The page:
A. A judge shall uphold and apply the law, and shall perform all duties of judicial office fairly and impartially.
B. A judge may make reasonable accommodations, consistent with the law and court rules, to facilitate the ability of all litigants to be fairly heard.
COMMENT  To ensure impartiality and fairness to all parties, a judge must be objective and open-minded.
 Although each judge comes to the bench with a unique background and personal philosophy, a judge must interpret and apply the law without regard to whether the judge approves or disapproves of the law in question.
 When applying and interpreting the law, a judge sometimes may make good-faith errors of fact or law. Errors of this kind do not violate this Rule.
 The growth in litigation involving self-represented litigants and the responsibility of courts to promote access to justice warrant reasonable flexibility by judges, consistent with the law and court rules, to ensure that all litigants are fairly heard. Examples of accommodations that may be made include but are not limited to (1) making referrals to any resources available to assist the litigant in the preparation of the case; (2) liberally construing pleadings to facilitate consideration of the issues raised; (3) providing general information about proceeding and foundational requirements; (4) attempting to make legal concepts understandable by using plain language whenever possible; (5) asking neutral questions to elicit or clarify information; (5) modifying the traditional order of taking evidence; and (6) explaining the basis for a ruling.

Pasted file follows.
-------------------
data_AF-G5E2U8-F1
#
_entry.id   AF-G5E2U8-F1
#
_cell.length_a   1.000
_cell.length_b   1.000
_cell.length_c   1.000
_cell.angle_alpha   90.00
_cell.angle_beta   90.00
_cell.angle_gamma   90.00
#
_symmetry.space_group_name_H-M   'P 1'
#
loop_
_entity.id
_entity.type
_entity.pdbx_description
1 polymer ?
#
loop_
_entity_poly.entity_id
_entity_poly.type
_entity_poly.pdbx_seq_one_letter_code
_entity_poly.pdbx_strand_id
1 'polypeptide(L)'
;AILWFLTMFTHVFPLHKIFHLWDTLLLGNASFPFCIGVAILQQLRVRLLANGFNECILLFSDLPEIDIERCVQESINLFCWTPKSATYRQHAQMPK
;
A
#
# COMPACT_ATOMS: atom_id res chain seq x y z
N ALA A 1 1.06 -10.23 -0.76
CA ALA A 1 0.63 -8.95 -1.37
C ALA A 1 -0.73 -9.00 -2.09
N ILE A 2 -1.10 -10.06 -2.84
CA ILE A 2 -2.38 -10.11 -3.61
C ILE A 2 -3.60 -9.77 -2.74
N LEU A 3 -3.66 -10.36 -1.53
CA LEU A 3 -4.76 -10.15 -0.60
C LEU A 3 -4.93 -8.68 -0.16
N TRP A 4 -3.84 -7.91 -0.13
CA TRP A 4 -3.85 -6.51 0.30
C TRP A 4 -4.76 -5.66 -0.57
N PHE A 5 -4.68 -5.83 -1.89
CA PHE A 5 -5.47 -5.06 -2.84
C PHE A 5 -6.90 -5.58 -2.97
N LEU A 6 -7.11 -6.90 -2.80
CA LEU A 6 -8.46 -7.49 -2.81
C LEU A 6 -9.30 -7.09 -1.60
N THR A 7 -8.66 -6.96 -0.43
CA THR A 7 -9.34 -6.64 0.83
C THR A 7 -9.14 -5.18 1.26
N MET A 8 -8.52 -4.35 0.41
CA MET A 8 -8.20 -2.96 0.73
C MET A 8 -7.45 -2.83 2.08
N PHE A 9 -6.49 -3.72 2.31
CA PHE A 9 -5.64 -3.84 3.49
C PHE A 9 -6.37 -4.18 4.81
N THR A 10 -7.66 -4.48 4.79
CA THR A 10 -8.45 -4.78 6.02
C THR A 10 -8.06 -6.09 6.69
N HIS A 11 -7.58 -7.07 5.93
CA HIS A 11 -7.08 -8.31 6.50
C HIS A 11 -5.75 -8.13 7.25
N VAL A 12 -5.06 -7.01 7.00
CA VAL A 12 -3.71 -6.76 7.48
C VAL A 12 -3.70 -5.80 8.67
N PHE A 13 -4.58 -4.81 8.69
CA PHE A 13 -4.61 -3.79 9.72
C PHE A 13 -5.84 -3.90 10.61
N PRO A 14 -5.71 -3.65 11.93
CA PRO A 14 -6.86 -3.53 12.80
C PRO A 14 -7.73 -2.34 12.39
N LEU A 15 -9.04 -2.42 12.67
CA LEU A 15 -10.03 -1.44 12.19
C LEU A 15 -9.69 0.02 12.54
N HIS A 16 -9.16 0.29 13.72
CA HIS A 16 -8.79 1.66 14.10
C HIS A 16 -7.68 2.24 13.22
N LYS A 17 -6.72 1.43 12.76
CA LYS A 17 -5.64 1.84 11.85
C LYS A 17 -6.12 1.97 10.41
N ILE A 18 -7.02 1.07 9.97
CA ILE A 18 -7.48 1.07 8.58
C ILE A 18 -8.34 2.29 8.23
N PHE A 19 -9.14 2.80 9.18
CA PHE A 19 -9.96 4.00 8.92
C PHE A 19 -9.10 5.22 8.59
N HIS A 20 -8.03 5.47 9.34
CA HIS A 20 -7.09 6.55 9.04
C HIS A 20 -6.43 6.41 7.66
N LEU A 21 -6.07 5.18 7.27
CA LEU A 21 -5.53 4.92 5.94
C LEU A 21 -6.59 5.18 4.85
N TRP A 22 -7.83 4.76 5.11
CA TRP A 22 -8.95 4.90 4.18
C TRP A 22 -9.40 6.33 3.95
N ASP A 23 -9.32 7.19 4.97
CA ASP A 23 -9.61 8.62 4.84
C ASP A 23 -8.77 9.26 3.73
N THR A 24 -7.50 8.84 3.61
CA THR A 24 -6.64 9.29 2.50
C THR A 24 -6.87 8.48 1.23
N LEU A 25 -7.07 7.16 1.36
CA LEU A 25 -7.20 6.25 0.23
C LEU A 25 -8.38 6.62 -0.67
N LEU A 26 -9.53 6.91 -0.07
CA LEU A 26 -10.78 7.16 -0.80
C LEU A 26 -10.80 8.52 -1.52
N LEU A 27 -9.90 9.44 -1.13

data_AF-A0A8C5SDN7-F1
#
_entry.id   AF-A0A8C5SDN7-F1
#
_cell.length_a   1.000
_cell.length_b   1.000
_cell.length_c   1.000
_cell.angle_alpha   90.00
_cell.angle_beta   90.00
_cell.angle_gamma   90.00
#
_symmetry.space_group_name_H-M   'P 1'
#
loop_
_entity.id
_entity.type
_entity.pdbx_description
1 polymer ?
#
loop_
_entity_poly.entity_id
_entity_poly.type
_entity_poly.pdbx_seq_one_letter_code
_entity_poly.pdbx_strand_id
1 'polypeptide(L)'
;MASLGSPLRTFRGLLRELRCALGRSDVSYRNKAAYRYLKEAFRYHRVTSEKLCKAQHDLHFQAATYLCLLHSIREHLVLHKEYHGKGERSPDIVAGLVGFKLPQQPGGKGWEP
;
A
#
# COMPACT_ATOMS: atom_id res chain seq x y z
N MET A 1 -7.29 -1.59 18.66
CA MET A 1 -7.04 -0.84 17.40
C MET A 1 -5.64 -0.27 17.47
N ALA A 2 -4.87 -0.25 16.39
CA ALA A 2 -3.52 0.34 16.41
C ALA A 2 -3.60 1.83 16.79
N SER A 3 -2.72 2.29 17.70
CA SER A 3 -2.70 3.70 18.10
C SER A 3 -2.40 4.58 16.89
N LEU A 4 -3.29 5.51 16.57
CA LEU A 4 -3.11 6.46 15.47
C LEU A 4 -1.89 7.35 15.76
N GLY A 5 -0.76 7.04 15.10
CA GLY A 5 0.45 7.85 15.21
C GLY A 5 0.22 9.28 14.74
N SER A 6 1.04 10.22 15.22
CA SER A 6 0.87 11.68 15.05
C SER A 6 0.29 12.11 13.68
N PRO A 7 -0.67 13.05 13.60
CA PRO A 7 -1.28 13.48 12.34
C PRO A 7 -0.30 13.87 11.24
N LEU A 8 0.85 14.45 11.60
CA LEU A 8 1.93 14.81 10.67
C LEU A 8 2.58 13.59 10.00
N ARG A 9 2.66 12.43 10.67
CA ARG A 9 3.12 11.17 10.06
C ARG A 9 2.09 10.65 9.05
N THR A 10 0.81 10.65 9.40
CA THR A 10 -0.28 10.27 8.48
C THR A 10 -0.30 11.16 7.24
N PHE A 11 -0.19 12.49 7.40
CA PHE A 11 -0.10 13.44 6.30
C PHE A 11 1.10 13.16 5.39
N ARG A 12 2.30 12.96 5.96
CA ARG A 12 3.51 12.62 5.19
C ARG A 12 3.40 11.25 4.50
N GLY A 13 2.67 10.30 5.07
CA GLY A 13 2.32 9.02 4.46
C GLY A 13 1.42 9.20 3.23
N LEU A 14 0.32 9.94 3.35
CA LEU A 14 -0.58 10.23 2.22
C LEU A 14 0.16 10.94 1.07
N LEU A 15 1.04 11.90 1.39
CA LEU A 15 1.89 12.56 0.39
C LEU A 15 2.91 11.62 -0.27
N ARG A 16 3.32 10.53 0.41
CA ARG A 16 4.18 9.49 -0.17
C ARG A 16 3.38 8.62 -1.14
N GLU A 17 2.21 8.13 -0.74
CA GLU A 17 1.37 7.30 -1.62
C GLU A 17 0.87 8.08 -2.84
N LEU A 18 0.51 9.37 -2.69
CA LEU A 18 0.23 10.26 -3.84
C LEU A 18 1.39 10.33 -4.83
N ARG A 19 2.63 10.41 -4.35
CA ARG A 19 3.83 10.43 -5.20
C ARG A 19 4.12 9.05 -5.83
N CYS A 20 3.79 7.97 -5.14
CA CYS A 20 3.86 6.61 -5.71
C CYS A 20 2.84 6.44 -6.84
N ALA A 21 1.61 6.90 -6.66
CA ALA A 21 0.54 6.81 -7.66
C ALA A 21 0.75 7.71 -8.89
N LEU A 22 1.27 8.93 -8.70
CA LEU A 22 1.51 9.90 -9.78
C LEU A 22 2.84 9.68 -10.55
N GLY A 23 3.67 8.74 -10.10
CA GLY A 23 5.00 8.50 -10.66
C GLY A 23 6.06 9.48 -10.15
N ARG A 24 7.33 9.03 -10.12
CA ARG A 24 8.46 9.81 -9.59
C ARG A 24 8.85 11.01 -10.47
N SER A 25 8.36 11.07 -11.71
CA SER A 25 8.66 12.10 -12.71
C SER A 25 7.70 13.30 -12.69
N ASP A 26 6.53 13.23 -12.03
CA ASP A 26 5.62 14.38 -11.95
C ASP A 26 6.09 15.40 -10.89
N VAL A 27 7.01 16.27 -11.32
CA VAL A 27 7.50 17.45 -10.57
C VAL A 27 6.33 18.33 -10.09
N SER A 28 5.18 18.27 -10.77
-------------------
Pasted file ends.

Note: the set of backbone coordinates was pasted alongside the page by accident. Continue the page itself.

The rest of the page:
Amended and effective December 15, 2016.